You know that blank face in people when they ask you what you'd like to get for your birthday and you give them some OSR/RPG titles you always wanted to own? It's just a little bit more irritated than when you tell them that nothing comes to mind right now. The result is the same: you won't get what you wished for. Well, not so for me this year! I had to make a list of wishes and the girlfriend took care of the organisation. The result is worth a big "Thank you!" to all involved and a post with 10 (!) mini-reviews and first impressions. Here are the first 4 ...
This is a wonderful book. What an achievement! It's crazy. Almost 400 pages chock-full with ideas and creativity written by the community and put into form by +Richard LeBlanc over at the Save Vs. Dragon blog. Just skipping through it gave me 20+ ideas to use in the game.
With all this talk about the Ennie-Awards, I'm starting to wonder why this book wasn't nominated (or even discussed) for Best Free Product or Best Supplement or something. It's a shame, really. [edit: as Richard explains in the comments, the release of was too late for this year's Ennie Nominations, I didn't know that, obviously, so I hope there will be a campaign for next year ...]
Well, anyway, here you have it: one of the greatest community efforts of the OSR (and friends) I know of. It's big, it's raw, it's beautiful, the pdf is free and the lulu prints are at cost (and one of the best OSR-lulu deals you're most likely to get ...).
It's highly recommended.
Have you heard of Pars Fortuna by John Matthew Stater over at the Land of Nod blog? I don't know where exactly I encountered it first, but I somehow never managed to get it out of my system ever since. The premise is sweet and simple: What if you made a fantasy setting by exclusively using random generators, complete with a set of alternative rules variants of our most beloved D&D? Pars Fortuna is the result of this effort and it's very much worth checking out (the pdf with the basic rules is free, btw).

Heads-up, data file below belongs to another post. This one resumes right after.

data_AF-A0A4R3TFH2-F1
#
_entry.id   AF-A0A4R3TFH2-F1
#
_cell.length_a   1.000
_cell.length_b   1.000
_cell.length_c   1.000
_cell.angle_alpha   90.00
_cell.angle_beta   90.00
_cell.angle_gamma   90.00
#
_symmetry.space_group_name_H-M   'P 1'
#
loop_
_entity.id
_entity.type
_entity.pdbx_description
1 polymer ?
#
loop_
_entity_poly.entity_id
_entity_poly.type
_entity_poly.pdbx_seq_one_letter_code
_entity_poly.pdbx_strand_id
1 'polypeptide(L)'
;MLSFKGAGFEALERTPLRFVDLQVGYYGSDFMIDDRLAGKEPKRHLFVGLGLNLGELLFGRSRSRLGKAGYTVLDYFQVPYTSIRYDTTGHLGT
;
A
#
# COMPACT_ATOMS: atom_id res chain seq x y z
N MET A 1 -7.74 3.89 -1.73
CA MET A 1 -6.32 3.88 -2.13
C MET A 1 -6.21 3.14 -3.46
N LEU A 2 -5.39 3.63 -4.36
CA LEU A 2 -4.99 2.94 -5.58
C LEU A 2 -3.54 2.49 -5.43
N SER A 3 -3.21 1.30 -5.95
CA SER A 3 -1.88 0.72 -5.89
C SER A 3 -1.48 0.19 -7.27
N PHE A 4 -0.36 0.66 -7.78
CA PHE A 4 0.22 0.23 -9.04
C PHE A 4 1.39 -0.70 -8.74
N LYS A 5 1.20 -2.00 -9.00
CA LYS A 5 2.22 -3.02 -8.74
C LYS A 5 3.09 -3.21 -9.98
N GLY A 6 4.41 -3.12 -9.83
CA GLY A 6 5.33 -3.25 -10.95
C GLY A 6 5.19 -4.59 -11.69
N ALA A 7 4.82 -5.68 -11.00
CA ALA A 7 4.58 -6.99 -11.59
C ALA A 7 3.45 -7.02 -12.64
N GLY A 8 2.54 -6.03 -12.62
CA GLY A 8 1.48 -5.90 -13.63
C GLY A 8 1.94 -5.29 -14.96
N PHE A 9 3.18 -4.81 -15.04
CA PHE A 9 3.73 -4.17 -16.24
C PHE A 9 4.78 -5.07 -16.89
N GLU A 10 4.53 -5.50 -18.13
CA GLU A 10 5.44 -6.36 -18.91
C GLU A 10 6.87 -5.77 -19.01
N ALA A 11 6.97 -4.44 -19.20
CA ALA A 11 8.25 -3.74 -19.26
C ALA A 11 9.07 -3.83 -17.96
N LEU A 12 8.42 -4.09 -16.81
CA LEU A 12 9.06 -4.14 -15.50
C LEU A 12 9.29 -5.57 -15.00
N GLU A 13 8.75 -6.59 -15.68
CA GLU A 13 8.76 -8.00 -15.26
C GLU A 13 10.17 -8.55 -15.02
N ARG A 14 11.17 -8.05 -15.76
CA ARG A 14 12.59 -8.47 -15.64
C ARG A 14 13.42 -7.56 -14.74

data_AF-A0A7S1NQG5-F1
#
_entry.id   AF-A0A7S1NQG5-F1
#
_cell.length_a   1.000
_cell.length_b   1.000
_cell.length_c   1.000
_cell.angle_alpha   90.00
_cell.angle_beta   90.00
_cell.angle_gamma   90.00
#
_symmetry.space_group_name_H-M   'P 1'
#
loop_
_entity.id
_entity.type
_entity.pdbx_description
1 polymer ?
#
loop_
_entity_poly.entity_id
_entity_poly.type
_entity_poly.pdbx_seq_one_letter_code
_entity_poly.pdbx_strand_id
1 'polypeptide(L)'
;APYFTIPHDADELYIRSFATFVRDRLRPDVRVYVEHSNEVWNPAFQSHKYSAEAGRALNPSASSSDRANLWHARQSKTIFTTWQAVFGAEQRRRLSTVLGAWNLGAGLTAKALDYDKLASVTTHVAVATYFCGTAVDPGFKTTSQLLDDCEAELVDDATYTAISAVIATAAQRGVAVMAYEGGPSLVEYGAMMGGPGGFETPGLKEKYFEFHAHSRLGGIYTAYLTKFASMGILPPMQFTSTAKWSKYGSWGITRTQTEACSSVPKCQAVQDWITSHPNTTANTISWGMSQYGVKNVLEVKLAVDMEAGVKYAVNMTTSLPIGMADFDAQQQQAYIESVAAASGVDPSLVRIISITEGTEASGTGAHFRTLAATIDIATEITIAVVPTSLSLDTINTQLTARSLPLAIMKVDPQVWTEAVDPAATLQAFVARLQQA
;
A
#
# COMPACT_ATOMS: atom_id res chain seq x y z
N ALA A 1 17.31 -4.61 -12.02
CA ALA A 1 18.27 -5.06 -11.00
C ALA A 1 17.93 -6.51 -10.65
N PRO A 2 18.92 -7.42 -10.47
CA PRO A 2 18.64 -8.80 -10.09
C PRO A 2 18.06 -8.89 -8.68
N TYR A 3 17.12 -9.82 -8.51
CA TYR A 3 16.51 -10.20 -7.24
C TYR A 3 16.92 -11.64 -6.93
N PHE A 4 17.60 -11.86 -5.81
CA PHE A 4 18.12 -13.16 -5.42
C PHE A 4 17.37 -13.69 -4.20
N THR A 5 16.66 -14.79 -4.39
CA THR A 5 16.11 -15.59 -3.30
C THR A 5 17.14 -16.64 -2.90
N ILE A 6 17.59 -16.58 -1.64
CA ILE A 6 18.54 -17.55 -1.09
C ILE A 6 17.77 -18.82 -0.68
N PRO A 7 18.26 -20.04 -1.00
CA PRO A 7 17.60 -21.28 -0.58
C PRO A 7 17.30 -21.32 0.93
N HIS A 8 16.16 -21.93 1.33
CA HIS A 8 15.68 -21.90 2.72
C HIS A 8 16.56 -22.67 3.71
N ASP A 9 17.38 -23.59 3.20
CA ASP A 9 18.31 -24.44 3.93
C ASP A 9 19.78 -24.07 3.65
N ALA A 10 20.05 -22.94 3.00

The lulu print is the complete set of rules, as it comes with more of everything and includes a sandbox setting and an adventure. This is some seriously weird stuff all around. And in a good way! For me it somehow always had the same vibe as Morrowind, just couldn't exactly tell you why (maybe because it hits the same spot between strange and familiar as Morrowind does).
My impression is that it would be a fun game and setting to play raw and a great source of inspiration in every regard otherwise. With the basic rules being free, there's no reason to not check it out.
This has been on my wish list ever since I had read this great review by +Kelvin Green from the Aiee! Run from Kelvin's Brainsplurge! blog.
Damn, this sounds like a great game! Players don't play characters, but entire families. The passage of time is an integrated part of the game ... it's the one true game to play a knight and all of it sounds absolutely like I'd enjoy playing or DMing it. I'm very much looking forward to give Pendragon a closer look.
What I got here is the German translation of the first edition (I think).
You can get the print or pdf versions of the 5th edition here and here is a link to a resource page by the author Greg Stafford. I'll sure write more about this book some time in the future ...
Another game that could get a bit more love in the community. Encounter Critical by S. John Ross is a satirical take on the kitchen sink role playing games in the early years of the hobby (it's the second edition of a fictive game published in 1979). Wookies go on adventures with dwarves, amazons and "Klengons", with
ugly great fan art, bad classic lay out and design and all you would expect from a game like that. You get the picture.
Anyway, it's a fun read, but the
most shocking best thing about it is that this game, crazy as it might seem, works! It also has a strong community support (although they went a bit silent nowadays). Just read the whole story here.
This was one of the first games I encountered in the OSR. If you've never heard of it, you couldn't go wrong in checking it out. It's a free pdf, after all.
So much for Part 1
That's it for now. I'm happy as a nerd could be. Even if I owned the pdfs of those games long before I held the actual print versions in hand, it's way more satisfying to have this physical evidence of our hobby. For me at least, it makes a difference.
There will be another post like this in the near future with even more games from our corner of the internet. Until then, happy gaming to you all!